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Oldest recorded solar eclipse helps date the Egyptian pharaohs




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Using a combination of the biblical text and an ancient Egyptian text, the researchers were then able to refine the dates of the Egyptian pharaohs, in particular the dates of the reign of Ramesses the Great. The results are published in the Royal Astronomical Society journal Astronomy & Geophysics.

The biblical text in question comes from the Old Testament book of Joshua and has puzzled biblical scholars for centuries. It records that after Joshua led the people of Israel into Canaan a region of the ancient Near East that covered modern-day Israel and Palestine he prayed: "Sun, stand still at Gibeon, and Moon, in the Valley of Aijalon. And the Sun stood still, and the Moon stopped, until the nation took vengeance on their enemies."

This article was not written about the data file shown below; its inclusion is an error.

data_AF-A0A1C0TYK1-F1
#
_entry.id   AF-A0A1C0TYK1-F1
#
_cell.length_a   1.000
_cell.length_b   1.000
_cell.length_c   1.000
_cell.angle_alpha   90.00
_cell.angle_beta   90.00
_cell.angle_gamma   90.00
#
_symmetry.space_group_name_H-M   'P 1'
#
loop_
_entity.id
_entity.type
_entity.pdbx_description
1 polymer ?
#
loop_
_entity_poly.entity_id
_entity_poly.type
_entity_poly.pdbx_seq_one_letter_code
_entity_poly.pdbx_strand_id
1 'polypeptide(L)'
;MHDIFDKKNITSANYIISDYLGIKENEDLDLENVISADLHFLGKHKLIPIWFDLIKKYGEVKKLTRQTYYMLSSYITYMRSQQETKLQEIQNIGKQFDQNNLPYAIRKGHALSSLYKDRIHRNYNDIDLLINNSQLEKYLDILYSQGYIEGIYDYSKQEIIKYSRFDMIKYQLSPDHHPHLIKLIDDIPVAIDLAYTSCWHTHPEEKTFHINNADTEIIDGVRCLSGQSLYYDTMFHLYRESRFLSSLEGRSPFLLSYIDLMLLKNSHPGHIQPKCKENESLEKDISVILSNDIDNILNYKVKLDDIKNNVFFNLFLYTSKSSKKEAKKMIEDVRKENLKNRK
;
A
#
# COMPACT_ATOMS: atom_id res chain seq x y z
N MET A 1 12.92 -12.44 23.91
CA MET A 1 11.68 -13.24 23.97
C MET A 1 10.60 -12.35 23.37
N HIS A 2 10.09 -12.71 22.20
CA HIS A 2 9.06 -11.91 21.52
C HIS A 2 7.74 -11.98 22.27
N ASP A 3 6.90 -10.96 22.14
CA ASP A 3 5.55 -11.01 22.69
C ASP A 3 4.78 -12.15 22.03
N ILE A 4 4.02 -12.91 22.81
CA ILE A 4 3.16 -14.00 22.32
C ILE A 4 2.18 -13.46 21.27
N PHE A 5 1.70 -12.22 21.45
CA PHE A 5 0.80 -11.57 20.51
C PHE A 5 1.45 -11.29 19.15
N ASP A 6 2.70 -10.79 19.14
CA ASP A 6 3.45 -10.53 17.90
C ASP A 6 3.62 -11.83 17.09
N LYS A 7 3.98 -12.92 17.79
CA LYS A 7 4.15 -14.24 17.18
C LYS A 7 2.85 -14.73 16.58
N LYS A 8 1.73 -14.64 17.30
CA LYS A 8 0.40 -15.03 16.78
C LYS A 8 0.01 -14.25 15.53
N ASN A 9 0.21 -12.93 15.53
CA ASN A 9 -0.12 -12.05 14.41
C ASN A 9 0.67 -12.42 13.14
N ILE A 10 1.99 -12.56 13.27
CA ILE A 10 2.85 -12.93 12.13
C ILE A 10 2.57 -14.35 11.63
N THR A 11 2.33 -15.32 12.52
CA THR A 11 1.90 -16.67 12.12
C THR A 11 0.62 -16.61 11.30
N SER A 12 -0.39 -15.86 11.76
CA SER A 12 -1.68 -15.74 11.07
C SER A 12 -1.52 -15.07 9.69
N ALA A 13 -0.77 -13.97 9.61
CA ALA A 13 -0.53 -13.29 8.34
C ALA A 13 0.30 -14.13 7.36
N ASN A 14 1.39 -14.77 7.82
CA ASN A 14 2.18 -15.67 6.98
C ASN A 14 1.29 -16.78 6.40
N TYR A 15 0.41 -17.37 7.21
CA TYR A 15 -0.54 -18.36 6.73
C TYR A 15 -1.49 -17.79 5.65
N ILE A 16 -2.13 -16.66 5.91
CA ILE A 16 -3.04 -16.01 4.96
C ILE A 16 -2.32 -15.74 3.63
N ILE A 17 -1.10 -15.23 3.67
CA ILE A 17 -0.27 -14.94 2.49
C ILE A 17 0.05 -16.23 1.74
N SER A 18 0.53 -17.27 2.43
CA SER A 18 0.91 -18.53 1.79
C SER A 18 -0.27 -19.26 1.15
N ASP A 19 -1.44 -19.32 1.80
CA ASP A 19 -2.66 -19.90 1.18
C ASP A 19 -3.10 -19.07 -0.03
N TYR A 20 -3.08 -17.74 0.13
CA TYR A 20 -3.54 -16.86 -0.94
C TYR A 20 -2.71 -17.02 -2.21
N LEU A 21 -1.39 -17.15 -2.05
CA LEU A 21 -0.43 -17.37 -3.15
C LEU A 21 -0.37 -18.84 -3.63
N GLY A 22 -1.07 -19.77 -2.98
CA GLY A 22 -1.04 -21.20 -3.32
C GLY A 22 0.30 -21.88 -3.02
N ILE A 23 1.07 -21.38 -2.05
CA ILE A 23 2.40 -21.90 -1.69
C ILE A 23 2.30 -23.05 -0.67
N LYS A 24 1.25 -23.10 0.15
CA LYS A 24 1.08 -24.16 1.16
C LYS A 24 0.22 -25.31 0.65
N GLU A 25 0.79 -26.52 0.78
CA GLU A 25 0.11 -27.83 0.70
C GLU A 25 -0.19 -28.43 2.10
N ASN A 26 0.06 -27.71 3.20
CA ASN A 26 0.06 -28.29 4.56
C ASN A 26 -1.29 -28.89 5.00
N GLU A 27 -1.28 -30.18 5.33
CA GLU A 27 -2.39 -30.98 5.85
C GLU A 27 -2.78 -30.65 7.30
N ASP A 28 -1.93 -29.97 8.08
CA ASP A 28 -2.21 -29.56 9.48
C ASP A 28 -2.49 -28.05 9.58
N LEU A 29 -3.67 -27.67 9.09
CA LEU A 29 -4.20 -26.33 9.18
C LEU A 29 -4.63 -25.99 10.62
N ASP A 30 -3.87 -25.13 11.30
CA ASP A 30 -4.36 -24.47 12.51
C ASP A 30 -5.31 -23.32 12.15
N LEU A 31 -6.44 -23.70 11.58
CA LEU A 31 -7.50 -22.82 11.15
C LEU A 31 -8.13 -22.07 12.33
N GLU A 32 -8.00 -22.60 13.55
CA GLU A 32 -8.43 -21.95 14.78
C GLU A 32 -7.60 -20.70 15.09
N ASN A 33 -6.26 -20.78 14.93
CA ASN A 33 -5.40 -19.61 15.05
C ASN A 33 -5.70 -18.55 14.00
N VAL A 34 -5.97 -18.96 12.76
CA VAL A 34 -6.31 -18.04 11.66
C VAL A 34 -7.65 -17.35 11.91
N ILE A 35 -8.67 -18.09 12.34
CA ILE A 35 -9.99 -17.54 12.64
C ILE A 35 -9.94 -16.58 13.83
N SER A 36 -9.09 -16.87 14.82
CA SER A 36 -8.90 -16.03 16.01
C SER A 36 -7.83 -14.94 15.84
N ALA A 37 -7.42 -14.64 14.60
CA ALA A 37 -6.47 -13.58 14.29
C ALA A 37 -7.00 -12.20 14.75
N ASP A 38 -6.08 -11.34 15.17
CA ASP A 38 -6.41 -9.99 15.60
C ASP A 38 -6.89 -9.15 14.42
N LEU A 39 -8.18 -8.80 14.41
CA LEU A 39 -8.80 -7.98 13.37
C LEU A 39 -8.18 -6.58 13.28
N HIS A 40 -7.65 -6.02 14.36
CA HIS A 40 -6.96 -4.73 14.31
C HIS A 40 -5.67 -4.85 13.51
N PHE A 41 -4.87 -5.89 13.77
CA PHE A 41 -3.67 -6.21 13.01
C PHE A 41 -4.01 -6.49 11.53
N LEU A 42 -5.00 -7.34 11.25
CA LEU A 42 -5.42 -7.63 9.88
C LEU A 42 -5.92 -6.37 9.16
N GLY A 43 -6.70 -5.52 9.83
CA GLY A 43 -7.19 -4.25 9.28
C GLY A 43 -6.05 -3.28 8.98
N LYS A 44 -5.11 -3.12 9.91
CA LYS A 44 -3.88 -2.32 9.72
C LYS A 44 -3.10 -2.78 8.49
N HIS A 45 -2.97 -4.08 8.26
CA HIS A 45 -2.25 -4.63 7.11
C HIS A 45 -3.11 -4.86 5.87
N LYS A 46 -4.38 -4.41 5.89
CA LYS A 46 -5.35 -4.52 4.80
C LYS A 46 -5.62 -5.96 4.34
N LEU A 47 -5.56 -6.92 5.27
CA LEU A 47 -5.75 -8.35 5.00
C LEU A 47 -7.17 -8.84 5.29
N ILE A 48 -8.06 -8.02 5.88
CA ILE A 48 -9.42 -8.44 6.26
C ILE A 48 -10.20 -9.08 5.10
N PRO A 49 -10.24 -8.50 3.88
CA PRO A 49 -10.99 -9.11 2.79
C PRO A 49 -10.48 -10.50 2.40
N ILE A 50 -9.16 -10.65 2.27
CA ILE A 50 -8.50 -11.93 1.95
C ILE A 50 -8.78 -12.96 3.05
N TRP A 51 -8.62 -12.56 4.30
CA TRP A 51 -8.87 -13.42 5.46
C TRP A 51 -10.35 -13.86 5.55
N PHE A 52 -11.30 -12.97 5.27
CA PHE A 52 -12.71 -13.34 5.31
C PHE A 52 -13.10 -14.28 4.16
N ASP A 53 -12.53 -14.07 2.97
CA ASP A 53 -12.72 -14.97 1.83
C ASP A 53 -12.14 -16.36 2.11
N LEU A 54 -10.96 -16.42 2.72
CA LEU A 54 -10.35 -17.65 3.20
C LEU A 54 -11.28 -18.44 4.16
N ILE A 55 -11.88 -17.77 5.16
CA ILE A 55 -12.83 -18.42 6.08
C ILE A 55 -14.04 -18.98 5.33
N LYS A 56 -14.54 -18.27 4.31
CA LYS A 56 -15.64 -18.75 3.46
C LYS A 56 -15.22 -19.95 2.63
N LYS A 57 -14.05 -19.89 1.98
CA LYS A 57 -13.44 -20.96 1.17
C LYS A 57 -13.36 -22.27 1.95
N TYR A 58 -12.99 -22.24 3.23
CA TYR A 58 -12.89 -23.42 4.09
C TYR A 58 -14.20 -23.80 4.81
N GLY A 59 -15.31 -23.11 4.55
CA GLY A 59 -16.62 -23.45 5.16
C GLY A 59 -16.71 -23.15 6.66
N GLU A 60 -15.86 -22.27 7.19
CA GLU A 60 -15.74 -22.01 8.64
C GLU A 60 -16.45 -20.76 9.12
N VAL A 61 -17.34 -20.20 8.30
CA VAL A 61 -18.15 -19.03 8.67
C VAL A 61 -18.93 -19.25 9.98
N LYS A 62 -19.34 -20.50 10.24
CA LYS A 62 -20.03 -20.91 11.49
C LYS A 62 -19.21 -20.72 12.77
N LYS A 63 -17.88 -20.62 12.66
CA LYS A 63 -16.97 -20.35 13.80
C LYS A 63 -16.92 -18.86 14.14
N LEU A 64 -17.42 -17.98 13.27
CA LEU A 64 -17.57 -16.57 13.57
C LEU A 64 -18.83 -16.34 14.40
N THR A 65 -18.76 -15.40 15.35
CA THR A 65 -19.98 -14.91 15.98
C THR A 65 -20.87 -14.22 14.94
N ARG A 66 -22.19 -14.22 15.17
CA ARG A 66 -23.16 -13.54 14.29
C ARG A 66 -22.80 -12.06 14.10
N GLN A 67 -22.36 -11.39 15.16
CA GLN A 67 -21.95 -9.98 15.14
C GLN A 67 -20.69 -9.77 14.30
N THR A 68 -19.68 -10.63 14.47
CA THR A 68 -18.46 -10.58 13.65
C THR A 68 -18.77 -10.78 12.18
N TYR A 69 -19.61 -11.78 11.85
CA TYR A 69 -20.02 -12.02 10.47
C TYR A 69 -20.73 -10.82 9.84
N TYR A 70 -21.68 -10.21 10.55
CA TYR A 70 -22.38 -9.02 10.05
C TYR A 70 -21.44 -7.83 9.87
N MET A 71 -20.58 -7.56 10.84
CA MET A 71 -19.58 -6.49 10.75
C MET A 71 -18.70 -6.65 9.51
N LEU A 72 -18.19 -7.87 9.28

"Modern English translations, which follow the King James translation of 1611, usually interpret this text to mean that the sun and moon stopped moving," said Humphreys, who is also a Fellow of Selwyn College. "But going back to the original Hebrew text, we determined that an alternative meaning could be that the sun and moon just stopped doing what they normally do: they stopped shining... This interpretation is supported by the fact that the Hebrew word translated 'stand still' has the same root as a Babylonian word used in ancient astronomical texts to describe eclipses."

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